If you chose the field of accounting for its prestige, salary potential or booming job outlook, going on to earn your bachelor’s degree might be well worth you while. A typical bachelor’s degree program in accounting takes four years of study. Throughout your bachelor’s degree program, you will cover the field of accounting in greater depth, take coursework in a breadth of business topics and complete general education courses that round out your skills and knowledge in a variety of subjects. Your business classes might include marketing, business finance, management of organizations, business laws and ethics, financial planning, supply chain management, international business and strategic management. In addition to what you would learn in an associate’s degree program, you might study auditing, accounting for nonprofits, taxation of business entities and transactions and advanced issues in financial accounting.
With a bachelor’s degree, you can get started in an entry-level role in accounting and move into more experienced staff accountant roles. You can work in a variety of positions, from public accountant to corporate accountant and from internal auditor to external auditor. Even many government accountant jobs are open to candidates with an undergraduate degree.
Some bachelor’s degree programs in accounting allow students to complete an area of emphasis in a specialized subject of interest, such as internal auditing, financial accounting or tax.
Master’s Degrees in Accounting
There are some careers in the field of accounting that you usually cannot do with only a bachelor’s degree. Because these careers tend to be some of the most financially rewarding and prestigious, many accountants do decide to go to graduate school.
Earning your master’s degree can help you develop skills that are too specialized to be covered in much depth in an undergraduate program. For example, most internal auditing programs are offered at the graduate level, as are many degrees in forensic accounting. Since students already know the basics of accounting by the time they get to graduate school, master’s degree programs in accounting tend to focus narrowly on advanced and specialized coursework.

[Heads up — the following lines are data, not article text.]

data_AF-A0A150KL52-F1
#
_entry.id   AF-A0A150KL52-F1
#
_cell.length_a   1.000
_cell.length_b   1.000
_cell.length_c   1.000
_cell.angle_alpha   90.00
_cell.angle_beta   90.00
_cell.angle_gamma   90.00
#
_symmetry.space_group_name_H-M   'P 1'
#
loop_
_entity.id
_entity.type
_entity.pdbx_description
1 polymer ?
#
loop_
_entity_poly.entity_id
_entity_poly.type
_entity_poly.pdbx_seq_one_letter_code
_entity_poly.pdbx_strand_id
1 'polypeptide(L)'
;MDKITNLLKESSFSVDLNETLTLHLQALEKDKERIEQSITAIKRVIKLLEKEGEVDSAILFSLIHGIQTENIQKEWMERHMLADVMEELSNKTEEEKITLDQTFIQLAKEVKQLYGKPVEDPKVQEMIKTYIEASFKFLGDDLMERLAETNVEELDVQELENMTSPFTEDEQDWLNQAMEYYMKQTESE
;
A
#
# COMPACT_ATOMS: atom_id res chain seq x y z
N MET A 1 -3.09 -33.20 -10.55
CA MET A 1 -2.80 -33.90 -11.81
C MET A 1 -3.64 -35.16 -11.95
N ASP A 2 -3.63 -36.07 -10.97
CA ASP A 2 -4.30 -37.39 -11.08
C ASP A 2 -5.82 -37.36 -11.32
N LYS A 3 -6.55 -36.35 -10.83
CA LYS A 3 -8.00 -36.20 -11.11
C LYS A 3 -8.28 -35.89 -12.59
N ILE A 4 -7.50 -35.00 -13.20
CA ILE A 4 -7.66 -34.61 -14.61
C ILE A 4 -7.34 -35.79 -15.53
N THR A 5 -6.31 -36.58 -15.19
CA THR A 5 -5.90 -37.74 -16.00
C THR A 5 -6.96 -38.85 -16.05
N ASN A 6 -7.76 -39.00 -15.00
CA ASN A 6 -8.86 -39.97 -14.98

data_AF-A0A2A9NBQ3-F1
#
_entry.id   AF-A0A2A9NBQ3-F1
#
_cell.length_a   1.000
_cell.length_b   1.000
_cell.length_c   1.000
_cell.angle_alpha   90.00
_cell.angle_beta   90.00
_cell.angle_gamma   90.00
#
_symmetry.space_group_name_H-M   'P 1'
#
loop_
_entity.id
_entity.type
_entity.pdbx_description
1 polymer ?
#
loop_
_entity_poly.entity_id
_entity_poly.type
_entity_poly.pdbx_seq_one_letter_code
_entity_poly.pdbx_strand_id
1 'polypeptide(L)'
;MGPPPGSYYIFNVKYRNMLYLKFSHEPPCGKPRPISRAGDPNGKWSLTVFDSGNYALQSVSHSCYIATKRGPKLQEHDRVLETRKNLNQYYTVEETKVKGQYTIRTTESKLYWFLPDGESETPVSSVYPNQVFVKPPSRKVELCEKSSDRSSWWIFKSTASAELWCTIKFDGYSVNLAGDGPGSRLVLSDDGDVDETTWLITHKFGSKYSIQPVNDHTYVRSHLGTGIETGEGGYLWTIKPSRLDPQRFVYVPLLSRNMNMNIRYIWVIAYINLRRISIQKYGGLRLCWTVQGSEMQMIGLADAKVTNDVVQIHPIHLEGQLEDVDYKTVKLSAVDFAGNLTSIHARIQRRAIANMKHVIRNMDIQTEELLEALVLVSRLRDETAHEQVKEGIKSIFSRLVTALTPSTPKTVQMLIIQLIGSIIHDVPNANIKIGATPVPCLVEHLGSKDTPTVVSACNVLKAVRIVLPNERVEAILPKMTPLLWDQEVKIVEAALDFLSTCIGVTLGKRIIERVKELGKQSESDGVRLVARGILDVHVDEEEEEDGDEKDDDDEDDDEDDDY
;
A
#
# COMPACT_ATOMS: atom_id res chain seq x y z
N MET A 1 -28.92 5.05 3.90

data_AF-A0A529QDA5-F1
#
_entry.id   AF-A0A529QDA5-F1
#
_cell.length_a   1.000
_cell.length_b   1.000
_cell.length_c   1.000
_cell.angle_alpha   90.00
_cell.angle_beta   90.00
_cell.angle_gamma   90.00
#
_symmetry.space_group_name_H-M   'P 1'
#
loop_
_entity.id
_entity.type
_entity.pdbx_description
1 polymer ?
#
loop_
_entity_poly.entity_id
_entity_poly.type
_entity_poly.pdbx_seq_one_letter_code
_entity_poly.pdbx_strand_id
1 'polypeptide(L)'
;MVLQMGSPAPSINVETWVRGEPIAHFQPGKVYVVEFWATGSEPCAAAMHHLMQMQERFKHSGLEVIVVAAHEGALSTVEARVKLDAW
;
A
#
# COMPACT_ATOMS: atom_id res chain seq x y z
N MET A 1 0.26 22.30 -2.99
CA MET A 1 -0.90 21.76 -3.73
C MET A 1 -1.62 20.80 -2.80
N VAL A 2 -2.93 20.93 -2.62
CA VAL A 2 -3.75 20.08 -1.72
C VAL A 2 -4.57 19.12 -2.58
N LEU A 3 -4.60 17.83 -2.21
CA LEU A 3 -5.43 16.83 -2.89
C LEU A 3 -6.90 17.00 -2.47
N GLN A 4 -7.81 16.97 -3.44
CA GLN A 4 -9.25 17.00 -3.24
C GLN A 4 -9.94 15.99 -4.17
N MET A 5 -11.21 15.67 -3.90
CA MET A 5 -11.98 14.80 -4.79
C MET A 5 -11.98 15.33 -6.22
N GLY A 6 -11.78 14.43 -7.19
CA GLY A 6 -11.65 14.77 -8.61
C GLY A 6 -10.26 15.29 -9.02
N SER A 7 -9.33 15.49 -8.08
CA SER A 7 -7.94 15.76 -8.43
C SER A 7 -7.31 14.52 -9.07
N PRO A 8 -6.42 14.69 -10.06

A master’s degree can also help you move into leadership roles. Some accountants who want to work in management decide to pursue a broader Master of Business Administration (MBA), while others stick with a more focused Master of Accountancy or similar degree program.
Finally, graduate school is popular among accountants working toward their Certified Public Accountant (CPA) license. You don’t need a master’s degree to become a CPA, but in most states, you do need at least one year of college education beyond what a traditional bachelor’s degree requires, the BLS reported. In fact, some master’s degree programs include coursework focused on helping students pass the challenging CPA examination.
For students who are already considering going for their CPA license before they have finished earning their bachelor’s degree, a five-year dual degree program can be smart choice.